Extreme solutions work... if you have an exit plan

Emergency stimulus measures are fine so long as it is a means to an end. But the problem for America is that there's no end in sight. That could prove disastrous.

William Gibbs McAdoo. My guess is that it isn't a name you know that well. Perhaps you should. According to a book out in 2007 When Washington Shut Down Wall Street by William Silber he was a "financial superhero" who "saved the American economy" back in the early days of WWI.

According to Daniel Gross (who reviewed Silber's book on Slate.com), it was his actions in the chaotic autumn of 1914 that"enabled the US to seize the mantle of economic leadership from London".

How? At the time, the US was a "global debtor nation with an unloved currency that was subject to recurring panics". It had also recently started setting up its own central bank the Federal Reserve (in response to the most recent unpleasant panic of 1907) although not all the details were in place.

Subscribe to MoneyWeek

Subscribe to MoneyWeek today and get your first six magazine issues absolutely FREE

Get 6 issues free

Sign up to Money Morning

Don't miss the latest investment and personal finances news, market analysis, plus money-saving tips with our free twice-daily newsletter

Don't miss the latest investment and personal finances news, market analysis, plus money-saving tips with our free twice-daily newsletter

Sign up

McAdoo was in charge of it. The problem or opportunity began as war broke out in the summer and the Europeans (particularly the British and French) began to liquidate their US assets to finance the fight. The US dollar was backed by gold so they needed to be paid in gold. America did not have enough gold. The result, says a recent note from Chris Andrew and Mustafa Zaidi of Clarmond House, looked predictable.

There would be a currency crisis, a stock market collapse, a run on all the banks and an "all encompassing financial calamity". None of that happened. Instead, McAdoo simply shut down Wall Street.

No one could sell, there was no more capital flight and no more gold was required. Simple. He then provided liquidity to domestic banks to get them through the crisis by flooding them with new currency which he made a big deal of delivering in armoured convoys ("the QE of his day"). This prevented there being any bank runs. And finally he urged congress to set up what became the Bureau of War Risk Insurance which offered government-backed insurance to exporters shipping goods to war-torn Europe.

It was all risky stuff, and McAdoo (who was by then engaged to Woodrow Wilson's daughter) knew that if he didn't have an exit route in place, his actions and in particular the flooding of the country with money would "wreck America". But he did have a plan, say Andrew and Zaidi.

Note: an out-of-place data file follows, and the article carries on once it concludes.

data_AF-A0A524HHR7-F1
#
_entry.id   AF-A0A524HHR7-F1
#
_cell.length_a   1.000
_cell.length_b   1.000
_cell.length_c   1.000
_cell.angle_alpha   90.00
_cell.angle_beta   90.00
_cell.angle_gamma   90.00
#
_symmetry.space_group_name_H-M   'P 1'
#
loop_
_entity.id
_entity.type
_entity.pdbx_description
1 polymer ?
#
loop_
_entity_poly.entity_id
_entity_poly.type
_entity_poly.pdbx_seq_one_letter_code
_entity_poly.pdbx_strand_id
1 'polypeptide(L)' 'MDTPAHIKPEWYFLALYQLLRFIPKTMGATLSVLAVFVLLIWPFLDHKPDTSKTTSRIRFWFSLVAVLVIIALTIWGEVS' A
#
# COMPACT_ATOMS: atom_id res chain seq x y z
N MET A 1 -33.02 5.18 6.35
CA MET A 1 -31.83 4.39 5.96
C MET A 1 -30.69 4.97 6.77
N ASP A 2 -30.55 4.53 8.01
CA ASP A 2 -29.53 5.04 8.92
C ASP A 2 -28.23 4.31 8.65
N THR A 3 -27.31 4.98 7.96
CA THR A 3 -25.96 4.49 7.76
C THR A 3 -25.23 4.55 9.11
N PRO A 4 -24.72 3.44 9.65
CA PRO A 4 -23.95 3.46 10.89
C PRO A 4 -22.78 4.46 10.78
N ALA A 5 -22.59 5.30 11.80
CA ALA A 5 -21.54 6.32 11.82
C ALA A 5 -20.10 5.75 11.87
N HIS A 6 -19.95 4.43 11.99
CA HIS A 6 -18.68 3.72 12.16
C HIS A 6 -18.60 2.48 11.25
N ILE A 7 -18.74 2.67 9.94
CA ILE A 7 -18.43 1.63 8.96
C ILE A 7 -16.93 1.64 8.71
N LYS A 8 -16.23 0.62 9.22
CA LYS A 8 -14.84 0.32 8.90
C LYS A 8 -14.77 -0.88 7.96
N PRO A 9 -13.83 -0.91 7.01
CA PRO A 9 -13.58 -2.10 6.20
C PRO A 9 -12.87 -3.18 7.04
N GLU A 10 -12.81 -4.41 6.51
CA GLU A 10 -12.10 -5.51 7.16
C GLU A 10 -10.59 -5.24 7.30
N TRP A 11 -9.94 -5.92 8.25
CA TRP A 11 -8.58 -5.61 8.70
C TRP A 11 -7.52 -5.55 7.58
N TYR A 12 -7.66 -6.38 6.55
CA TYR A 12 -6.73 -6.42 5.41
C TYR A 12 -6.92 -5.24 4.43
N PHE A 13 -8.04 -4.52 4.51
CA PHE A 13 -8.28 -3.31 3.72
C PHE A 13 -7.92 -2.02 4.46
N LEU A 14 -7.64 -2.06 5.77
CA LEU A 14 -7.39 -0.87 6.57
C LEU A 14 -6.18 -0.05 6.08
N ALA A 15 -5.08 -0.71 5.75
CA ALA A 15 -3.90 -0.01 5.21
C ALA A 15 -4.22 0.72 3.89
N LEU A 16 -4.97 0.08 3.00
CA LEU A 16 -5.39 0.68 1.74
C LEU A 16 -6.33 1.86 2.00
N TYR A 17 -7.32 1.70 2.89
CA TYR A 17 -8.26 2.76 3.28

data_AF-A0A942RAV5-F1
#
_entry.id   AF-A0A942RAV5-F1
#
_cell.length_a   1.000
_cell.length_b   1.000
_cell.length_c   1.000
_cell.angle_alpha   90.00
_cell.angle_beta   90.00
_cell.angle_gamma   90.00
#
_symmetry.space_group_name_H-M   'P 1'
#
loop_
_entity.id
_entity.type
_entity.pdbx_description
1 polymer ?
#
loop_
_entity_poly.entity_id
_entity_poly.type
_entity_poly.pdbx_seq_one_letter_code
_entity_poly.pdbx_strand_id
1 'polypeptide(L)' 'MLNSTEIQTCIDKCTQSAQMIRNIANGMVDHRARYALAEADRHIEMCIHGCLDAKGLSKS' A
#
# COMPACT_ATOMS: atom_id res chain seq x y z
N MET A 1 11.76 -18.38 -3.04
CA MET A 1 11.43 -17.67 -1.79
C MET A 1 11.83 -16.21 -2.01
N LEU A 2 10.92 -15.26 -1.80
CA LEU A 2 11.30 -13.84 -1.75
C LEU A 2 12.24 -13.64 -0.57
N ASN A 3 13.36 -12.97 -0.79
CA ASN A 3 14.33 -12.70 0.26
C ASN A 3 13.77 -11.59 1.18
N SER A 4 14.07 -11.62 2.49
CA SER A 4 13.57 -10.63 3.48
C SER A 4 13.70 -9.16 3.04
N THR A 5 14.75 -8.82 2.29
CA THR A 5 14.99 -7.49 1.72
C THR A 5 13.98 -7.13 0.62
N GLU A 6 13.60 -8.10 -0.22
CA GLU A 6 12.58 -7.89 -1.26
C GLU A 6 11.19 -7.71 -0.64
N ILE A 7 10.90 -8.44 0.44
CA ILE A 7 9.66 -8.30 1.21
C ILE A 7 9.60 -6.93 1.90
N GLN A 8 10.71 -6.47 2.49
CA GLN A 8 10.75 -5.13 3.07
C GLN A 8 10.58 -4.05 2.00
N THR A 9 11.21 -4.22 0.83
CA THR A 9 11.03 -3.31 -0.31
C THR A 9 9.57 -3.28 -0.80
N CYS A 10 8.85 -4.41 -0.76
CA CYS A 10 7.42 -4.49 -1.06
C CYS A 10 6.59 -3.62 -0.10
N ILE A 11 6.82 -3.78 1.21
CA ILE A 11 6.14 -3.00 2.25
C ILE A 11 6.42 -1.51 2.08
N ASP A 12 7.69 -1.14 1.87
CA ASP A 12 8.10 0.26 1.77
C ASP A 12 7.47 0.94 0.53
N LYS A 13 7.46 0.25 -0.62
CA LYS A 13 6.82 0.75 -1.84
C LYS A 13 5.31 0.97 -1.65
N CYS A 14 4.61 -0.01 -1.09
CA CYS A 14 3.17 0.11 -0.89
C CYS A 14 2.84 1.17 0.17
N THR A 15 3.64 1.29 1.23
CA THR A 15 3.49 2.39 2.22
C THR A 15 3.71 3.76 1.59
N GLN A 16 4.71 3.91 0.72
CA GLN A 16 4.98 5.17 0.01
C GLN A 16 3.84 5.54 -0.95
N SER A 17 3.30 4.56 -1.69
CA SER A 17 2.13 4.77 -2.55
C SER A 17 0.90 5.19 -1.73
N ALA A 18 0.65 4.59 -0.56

He told the Europeans that he would lift the sales ban on the condition that all parties to the new war allowed the US to sell war materials and commodities to everyone the British, French and Germans. Everyone accepted in the end and (fully insured) US merchandise was soon landing everywhere from Le Havre to Hamburg: the security sales were offset by the exports; America's gold was safe; and the US eventually emerged from the war as a creditor rather than a debtor nation.

The key point here is that the "shock and awe" actions worked because they were emergency actions taken in the very short term with an end in mind. That's not so much the case today.

If you ask now, say Andrew and Zaidi, what the exit plan from the emergency measures the Fed and other central banks started taking four years ago the answer is "ambiguous, imprecise and uncertain". It depends on consumer spending. Or perhaps the stock market. Or maybe house prices. The truth is that there isn't really an exit plan: "emergency measures have become routine".

That's a problem. So much so that it might even mean that today's actions "bring to a finale the US dollar's monetary hegemony that McAdoo's exit plan established".

Merryn Somerset Webb

Merryn Somerset Webb started her career in Tokyo at public broadcaster NHK before becoming a Japanese equity broker at what was then Warburgs. She went on to work at SBC and UBS without moving from her desk in Kamiyacho (it was the age of mergers).

After five years in Japan she returned to work in the UK at Paribas. This soon became BNP Paribas. Again, no desk move was required. On leaving the City, Merryn helped The Week magazine with its City pages before becoming the launch editor of MoneyWeek in 2000 and taking on columns first in the Sunday Times and then in 2009 in the Financial Times

Twenty years on, MoneyWeek is the best-selling financial magazine in the UK. Merryn was its Editor in Chief until 2022. She is now a senior columnist at Bloomberg and host of the Merryn Talks Money podcast -  but still writes for Moneyweek monthly. 

Merryn is also is a non executive director of two investment trusts – BlackRock Throgmorton, and the Murray Income Investment Trust.